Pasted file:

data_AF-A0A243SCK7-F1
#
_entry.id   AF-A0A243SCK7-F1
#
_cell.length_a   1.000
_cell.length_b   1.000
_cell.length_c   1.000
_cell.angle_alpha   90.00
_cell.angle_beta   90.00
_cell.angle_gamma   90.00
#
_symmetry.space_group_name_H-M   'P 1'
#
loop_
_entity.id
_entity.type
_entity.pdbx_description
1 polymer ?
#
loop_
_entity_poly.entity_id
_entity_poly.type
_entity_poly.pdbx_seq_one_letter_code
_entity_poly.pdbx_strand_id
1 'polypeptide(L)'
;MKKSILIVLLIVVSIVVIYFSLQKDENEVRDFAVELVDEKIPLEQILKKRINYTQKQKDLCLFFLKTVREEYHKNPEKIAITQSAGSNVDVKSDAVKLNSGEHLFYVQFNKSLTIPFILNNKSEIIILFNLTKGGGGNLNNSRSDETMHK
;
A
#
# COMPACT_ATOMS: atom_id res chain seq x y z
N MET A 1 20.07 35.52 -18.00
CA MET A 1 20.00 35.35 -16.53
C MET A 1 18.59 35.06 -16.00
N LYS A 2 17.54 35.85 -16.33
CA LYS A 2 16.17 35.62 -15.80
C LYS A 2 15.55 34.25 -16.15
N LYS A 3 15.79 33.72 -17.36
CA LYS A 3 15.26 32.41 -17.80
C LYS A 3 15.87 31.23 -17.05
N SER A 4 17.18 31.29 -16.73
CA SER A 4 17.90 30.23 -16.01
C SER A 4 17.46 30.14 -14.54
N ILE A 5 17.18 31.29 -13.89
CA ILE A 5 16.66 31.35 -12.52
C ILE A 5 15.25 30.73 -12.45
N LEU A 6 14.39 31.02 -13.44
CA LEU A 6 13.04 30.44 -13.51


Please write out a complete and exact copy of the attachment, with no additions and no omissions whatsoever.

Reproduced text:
data_AF-A0A243SCK7-F1
#
_entry.id   AF-A0A243SCK7-F1
#
_cell.length_a   1.000
_cell.length_b   1.000
_cell.length_c   1.000
_cell.angle_alpha   90.00
_cell.angle_beta   90.00
_cell.angle_gamma   90.00
#
_symmetry.space_group_name_H-M   'P 1'
#
loop_
_entity.id
_entity.type
_entity.pdbx_description
1 polymer ?
#
loop_
_entity_poly.entity_id
_entity_poly.type
_entity_poly.pdbx_seq_one_letter_code
_entity_poly.pdbx_strand_id
1 'polypeptide(L)'
;MKKSILIVLLIVVSIVVIYFSLQKDENEVRDFAVELVDEKIPLEQILKKRINYTQKQKDLCLFFLKTVREEYHKNPEKIAITQSAGSNVDVKSDAVKLNSGEHLFYVQFNKSLTIPFILNNKSEIIILFNLTKGGGGNLNNSRSDETMHK
;
A
#
# COMPACT_ATOMS: atom_id res chain seq x y z
N MET A 1 20.07 35.52 -18.00
CA MET A 1 20.00 35.35 -16.53
C MET A 1 18.59 35.06 -16.00
N LYS A 2 17.54 35.85 -16.33
CA LYS A 2 16.17 35.62 -15.80
C LYS A 2 15.55 34.25 -16.15
N LYS A 3 15.79 33.72 -17.36
CA LYS A 3 15.26 32.41 -17.80
C LYS A 3 15.87 31.23 -17.05
N SER A 4 17.18 31.29 -16.73
CA SER A 4 17.90 30.23 -16.01
C SER A 4 17.46 30.14 -14.54
N ILE A 5 17.18 31.29 -13.89
CA ILE A 5 16.66 31.35 -12.52
C ILE A 5 15.25 30.73 -12.45
N LEU A 6 14.39 31.02 -13.44
CA LEU A 6 13.04 30.44 -13.51